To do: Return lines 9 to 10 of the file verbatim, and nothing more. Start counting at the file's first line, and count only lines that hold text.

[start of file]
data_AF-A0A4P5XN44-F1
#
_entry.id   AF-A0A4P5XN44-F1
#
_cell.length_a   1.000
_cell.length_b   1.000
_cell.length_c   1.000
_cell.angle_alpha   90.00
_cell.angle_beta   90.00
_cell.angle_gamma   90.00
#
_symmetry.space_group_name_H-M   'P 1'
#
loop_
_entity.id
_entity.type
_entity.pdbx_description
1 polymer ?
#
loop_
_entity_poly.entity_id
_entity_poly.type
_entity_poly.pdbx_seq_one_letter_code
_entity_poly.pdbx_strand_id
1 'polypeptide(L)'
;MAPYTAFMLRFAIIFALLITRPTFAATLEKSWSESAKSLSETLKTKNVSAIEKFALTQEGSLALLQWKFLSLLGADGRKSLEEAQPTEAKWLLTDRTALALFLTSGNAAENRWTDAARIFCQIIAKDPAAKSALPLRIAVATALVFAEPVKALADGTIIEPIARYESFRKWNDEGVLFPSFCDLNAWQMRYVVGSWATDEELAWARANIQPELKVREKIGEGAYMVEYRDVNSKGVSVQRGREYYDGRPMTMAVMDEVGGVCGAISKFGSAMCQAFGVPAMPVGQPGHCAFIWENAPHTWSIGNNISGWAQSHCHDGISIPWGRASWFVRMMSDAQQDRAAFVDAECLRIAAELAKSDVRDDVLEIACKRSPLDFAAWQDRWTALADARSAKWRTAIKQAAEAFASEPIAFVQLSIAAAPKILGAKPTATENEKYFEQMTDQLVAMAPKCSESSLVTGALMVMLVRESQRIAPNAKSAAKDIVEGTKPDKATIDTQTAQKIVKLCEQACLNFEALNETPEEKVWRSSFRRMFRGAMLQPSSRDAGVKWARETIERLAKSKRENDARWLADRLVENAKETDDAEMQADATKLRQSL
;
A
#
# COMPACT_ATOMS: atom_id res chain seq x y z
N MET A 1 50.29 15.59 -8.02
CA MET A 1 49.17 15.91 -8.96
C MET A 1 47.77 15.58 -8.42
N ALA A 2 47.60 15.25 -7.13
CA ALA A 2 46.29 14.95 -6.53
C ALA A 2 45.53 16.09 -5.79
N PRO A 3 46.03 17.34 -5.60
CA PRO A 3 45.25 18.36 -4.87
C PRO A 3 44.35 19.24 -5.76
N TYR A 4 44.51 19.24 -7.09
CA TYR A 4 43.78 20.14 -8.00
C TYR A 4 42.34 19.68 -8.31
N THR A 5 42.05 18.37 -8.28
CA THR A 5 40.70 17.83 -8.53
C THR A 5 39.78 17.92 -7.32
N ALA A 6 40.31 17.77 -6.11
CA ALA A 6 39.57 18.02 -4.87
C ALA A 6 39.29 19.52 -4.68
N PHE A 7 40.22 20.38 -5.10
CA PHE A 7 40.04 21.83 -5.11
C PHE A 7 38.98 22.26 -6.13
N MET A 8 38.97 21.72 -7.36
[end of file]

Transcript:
_cell.angle_beta   90.00
_cell.angle_gamma   90.00